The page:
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Figure 5.  Characterization of candidate genes associated with lateral root initiation and development. (a) Hierarchical cluster analysis applied to the normalized signal intensities of the 232 genes upregulated specifically at R2R3-EndStele. The 232 genes were divided into three clusters (I, II and III) based on the characteristic expression signature at R0 and R1. (b) Functional grouping of cluster-I and -III genes. The relationship between genes and functional categories is summarized in Table S5.

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Characterization of phytohormone-related genes associated with lateral root formation

It is well known that auxin is a key stimulatory hormone that regulates lateral root formation in Arabidopsis. The transcriptional factor genes related to the initiation step of lateral root formation, namely, PUCHI, ASL18/LBD16, ASL16/LBD29 and ASL20/LBD18, are regulated by ARF (Hirota et al., 2007; Okushima et al., 2007; Lee et al., 2009). In addition, other hormones such as cytokinin, brassinosteroids and ethylene were recently demonstrated to be associated with lateral root formation (Fukaki and Tasaka, 2009). In order to uncover the function of hormones on lateral root formation, we surveyed the expression profile of genes associated with hormone biosynthesis and signaling, and then identified unique expression trends in the R2R3-EndStele in auxin and brassinosteroids. Auxin biosynthesis and signaling-related genes tended to be expressed preferentially at R2R3-EndStele (Figure 4; Table S4). In Arabidopsis, gain-of-function mutations of AUX/IAAs dramatically reduce the number of lateral roots (Tian and Reed, 1999; Rogg et al., 2001; Fukaki et al., 2002; Tatematsu et al., 2004; Yang et al., 2004; Uehara et al., 2008). It has also been reported that IAA14 interacts with ARF7 and ARF19, and that a double mutation, arf7 arf19, severely impaired lateral root formation (Fukaki et al., 2002; Okushima et al., 2005; Wilmoth et al., 2005). Furthermore, the regulatory network via miR390, TAS3-derived trans-acting short-interfering RNAs (tasiRNAs) and their targets, namely, ARF2, ARF3 and ARF4, was recently demonstrated to maintain proper definition in regulating lateral root growth (Marin et al., 2010). In contrast, it remains unclear whether auxin-mediated signaling via transcriptional regulators such as AUX/IAAs and ARFs plays a central function for lateral root formation in rice. However, our finding that a number of AUX/IAAs and ARFs are preferentially expressed at R2R3-EndStele provides strong evidence that the auxin-associated mechanism of lateral root initiation is conserved between rice and Arabidopsis. In the R2R3-EndStele, genes encoding a series of enzymes associated with brasinosteroid biosynthesis were highly expressed, indicating that the brassinosteroids promote lateral root formation (Figure 4; Table S4). Brassinosteroids functionally interact with auxin and cause overlapping effects in plant developmental processes (Nakamura et al., 2003, 2006; Li et al., 2005; Nakamoto et al., 2006). Bao et al. (2004) reported that in Arabidopsis, exogenous brassinosteroids act synergistically with auxin to promote lateral root formation, and hypothesized that the promotion of lateral root formation is the result of increasing acropetal auxin transport (from the base to the tip). Although it is unclear whether brassinosteroids directly promote lateral root formation or affect auxin transport at the root tip, our finding indicated that R2R3-EndStele, including pericycle and endodermis cells, where lateral root initiation occurs, would show high brassinosteroid levels because of preferential expression of genes encoding enzymes for brassinosteroid biosynthesis (Figure 4; Table S4). Very recently, it has been reported that auxin stimulates DWARF4 expression and brassinosteroid biosynthesis in Arabidopsis (Chung et al., 2011). Therefore the synergistic regulation of auxin and brassinosteroids in lateral root formation may be initiated with the stimulation of brassinosteroid biosynthesis at R2R3-EndStele by auxin-mediated signal. In the process, auxin transport at the root tip as well as in the basal region, and/or an unidentified cascade mechanism, could be induced to promote lateral root formation.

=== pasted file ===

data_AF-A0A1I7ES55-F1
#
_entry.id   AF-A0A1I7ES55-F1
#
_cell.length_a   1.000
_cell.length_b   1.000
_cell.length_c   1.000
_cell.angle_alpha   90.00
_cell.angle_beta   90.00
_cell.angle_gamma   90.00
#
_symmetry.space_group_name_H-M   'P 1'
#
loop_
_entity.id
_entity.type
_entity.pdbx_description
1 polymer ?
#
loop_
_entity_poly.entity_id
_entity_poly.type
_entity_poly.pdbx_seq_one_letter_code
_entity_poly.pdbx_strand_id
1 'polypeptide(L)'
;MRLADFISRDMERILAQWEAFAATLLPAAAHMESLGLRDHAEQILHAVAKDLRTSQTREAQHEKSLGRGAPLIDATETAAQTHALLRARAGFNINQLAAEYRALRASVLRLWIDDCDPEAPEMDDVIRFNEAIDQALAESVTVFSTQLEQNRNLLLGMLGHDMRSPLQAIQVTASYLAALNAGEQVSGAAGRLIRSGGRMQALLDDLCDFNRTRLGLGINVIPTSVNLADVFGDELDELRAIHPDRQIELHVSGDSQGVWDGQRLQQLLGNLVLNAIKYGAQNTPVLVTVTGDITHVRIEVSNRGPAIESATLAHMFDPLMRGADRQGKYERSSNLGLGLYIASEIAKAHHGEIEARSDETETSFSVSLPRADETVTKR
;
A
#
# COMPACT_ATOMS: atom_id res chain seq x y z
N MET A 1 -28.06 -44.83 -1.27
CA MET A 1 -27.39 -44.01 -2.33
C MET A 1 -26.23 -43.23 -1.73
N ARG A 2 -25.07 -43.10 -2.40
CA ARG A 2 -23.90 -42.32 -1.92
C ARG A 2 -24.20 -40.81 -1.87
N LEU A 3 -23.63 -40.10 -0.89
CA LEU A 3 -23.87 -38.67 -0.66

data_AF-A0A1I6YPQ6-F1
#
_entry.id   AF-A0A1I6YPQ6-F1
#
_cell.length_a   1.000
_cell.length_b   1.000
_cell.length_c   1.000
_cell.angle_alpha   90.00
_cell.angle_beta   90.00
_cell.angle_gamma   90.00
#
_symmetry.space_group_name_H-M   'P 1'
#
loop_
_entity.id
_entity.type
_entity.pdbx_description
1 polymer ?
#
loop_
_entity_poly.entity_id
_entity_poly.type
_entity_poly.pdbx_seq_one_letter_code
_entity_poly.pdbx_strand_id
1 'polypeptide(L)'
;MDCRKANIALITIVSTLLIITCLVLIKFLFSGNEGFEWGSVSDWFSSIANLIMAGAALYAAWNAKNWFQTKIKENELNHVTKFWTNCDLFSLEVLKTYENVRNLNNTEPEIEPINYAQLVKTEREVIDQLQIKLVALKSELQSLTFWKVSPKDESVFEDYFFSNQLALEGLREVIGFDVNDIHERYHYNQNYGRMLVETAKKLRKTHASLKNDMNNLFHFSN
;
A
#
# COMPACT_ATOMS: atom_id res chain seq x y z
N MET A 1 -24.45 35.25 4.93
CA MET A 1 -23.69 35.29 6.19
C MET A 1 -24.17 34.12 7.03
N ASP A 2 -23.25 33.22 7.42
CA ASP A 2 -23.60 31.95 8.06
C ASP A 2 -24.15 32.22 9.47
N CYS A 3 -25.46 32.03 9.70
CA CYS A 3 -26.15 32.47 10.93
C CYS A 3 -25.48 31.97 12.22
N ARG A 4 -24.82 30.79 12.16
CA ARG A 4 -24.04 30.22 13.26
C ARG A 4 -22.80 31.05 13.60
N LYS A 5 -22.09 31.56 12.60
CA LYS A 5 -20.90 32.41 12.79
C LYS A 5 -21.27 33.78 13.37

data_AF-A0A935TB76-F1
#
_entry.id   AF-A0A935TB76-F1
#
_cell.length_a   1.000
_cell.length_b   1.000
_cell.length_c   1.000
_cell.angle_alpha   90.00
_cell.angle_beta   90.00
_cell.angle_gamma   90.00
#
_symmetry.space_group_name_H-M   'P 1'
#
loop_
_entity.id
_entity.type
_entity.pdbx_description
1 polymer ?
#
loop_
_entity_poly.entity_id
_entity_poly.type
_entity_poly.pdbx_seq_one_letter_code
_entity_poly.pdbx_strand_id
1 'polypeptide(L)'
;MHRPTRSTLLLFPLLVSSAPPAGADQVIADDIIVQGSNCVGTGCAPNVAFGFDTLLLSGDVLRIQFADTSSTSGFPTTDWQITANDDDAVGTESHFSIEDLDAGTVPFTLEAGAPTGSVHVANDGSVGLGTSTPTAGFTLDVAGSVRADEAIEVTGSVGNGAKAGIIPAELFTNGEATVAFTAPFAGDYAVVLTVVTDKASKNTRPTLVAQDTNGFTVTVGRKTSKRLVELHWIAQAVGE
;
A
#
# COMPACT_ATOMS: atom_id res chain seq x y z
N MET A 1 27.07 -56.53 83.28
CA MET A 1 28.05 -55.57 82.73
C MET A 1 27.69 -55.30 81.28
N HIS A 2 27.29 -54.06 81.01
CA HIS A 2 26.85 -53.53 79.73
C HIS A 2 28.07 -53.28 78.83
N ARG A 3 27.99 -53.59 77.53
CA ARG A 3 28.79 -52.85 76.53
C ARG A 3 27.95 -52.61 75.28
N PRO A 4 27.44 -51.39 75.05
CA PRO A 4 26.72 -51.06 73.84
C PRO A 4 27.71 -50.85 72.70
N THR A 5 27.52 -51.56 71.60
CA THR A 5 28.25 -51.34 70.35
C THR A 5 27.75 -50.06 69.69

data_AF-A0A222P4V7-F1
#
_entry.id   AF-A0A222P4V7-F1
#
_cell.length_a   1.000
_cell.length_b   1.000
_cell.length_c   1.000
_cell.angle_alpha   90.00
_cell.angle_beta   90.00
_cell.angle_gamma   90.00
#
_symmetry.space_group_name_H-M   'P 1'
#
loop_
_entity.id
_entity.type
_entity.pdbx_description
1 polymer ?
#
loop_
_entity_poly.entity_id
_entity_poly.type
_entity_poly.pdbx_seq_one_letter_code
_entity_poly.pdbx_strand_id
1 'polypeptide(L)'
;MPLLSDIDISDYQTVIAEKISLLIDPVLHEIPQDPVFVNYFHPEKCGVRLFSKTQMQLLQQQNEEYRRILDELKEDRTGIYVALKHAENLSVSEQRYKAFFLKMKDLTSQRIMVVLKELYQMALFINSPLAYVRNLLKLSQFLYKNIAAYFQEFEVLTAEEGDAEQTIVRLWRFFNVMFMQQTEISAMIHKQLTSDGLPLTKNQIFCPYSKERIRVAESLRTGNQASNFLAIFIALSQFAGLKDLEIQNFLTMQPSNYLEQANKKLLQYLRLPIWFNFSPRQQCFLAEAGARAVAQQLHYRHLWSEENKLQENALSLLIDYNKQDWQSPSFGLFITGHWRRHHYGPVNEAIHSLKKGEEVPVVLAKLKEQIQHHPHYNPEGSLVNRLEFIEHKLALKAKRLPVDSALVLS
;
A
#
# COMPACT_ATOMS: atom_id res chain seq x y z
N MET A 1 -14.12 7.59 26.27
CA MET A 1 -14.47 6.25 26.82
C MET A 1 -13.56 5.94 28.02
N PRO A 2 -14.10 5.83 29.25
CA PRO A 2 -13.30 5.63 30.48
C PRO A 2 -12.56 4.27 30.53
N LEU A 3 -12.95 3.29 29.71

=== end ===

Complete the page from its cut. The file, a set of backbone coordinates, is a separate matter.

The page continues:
Global expression profiling of water and nutrient transport protein genes

One of the most important roles of plant roots is the absorption of water and nutrients from the rhizosphere and distribution in the shoot, which is mainly accomplished by the activity of a wide variety of transporter and channel proteins. Roots show morphological and physiological changes during the developmental process of the longitudinal axis. It has been demonstrated that the major site for absorption is uniquely determined by each nutrient (Harrison-Murray and Clarkson, 1973; Ferguson and Clarkson, 1976; Tatsumi, 1982; Häussling et al., 1988; Yamaji and Ma, 2007). For example, the uptake of magnesium and calcium is much higher in the apical than in the basal region, whereas that of silicon takes place preferentially at the basal zone. In order to elucidate the major site for water and nutrient uptake, we investigated the expression profile of 371 genes encoding predicted transport proteins in the ‘development’ data set (Table S7). The hierarchical clustering applied to 371 genes revealed that the expression of many transporter genes was regulated in a developmental stage-dependent manner along the longitudinal axis, with the majority expressed preferentially at R2–R7, where formation and development of root hair and vascular system, major components for water and nutrient uptake, were observed (Figure 6a).